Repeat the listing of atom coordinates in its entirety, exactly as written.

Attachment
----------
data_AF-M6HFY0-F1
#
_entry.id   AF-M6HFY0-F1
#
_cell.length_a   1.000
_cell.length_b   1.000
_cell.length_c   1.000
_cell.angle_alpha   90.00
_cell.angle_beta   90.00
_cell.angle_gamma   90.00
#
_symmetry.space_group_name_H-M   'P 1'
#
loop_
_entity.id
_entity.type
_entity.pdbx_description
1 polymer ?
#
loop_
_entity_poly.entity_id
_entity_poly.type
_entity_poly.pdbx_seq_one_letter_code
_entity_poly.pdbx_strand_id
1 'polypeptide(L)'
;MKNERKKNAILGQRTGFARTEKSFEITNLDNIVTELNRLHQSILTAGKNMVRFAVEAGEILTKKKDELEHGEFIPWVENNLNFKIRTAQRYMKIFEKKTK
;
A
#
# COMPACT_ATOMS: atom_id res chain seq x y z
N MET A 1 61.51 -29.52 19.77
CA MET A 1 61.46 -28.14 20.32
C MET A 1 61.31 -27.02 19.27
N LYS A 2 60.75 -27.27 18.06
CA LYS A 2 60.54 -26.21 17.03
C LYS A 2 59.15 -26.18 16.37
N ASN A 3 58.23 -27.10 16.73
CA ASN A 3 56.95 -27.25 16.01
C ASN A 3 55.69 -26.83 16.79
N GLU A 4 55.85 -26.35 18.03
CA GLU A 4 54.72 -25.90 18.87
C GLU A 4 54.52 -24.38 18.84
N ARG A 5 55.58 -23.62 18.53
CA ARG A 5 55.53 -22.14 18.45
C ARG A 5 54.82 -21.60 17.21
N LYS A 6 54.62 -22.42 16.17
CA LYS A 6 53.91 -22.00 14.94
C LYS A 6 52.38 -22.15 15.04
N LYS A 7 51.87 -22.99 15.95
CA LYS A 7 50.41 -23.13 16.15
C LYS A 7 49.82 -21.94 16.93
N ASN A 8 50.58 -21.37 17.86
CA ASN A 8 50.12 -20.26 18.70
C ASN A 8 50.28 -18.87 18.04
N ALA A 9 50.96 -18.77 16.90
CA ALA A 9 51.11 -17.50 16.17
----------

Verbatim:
data_AF-M6HFY0-F1
#
_entry.id   AF-M6HFY0-F1
#
_cell.length_a   1.000
_cell.length_b   1.000
_cell.length_c   1.000
_cell.angle_alpha   90.00
_cell.angle_beta   90.00
_cell.angle_gamma   90.00
#
_symmetry.space_group_name_H-M   'P 1'
#
loop_
_entity.id
_entity.type
_entity.pdbx_description
1 polymer ?
#
loop_
_entity_poly.entity_id
_entity_poly.type
_entity_poly.pdbx_seq_one_letter_code
_entity_poly.pdbx_strand_id
1 'polypeptide(L)'
;MKNERKKNAILGQRTGFARTEKSFEITNLDNIVTELNRLHQSILTAGKNMVRFAVEAGEILTKKKDELEHGEFIPWVENNLNFKIRTAQRYMKIFEKKTK
;
A
#
# COMPACT_ATOMS: atom_id res chain seq x y z
N MET A 1 61.51 -29.52 19.77
CA MET A 1 61.46 -28.14 20.32
C MET A 1 61.31 -27.02 19.27
N LYS A 2 60.75 -27.27 18.06
CA LYS A 2 60.54 -26.21 17.03
C LYS A 2 59.15 -26.18 16.37
N ASN A 3 58.23 -27.10 16.73
CA ASN A 3 56.95 -27.25 16.01
C ASN A 3 55.69 -26.83 16.79
N GLU A 4 55.85 -26.35 18.03
CA GLU A 4 54.72 -25.90 18.87
C GLU A 4 54.52 -24.38 18.84
N ARG A 5 55.58 -23.62 18.53
CA ARG A 5 55.53 -22.14 18.45
C ARG A 5 54.82 -21.60 17.21
N LYS A 6 54.62 -22.42 16.17
CA LYS A 6 53.91 -22.00 14.94
C LYS A 6 52.38 -22.15 15.04
N LYS A 7 51.87 -22.99 15.95
CA LYS A 7 50.41 -23.13 16.15
C LYS A 7 49.82 -21.94 16.93
N ASN A 8 50.58 -21.37 17.86
CA ASN A 8 50.12 -20.26 18.70
C ASN A 8 50.28 -18.87 18.04
N ALA A 9 50.96 -18.77 16.90
CA ALA A 9 51.11 -17.50 16.17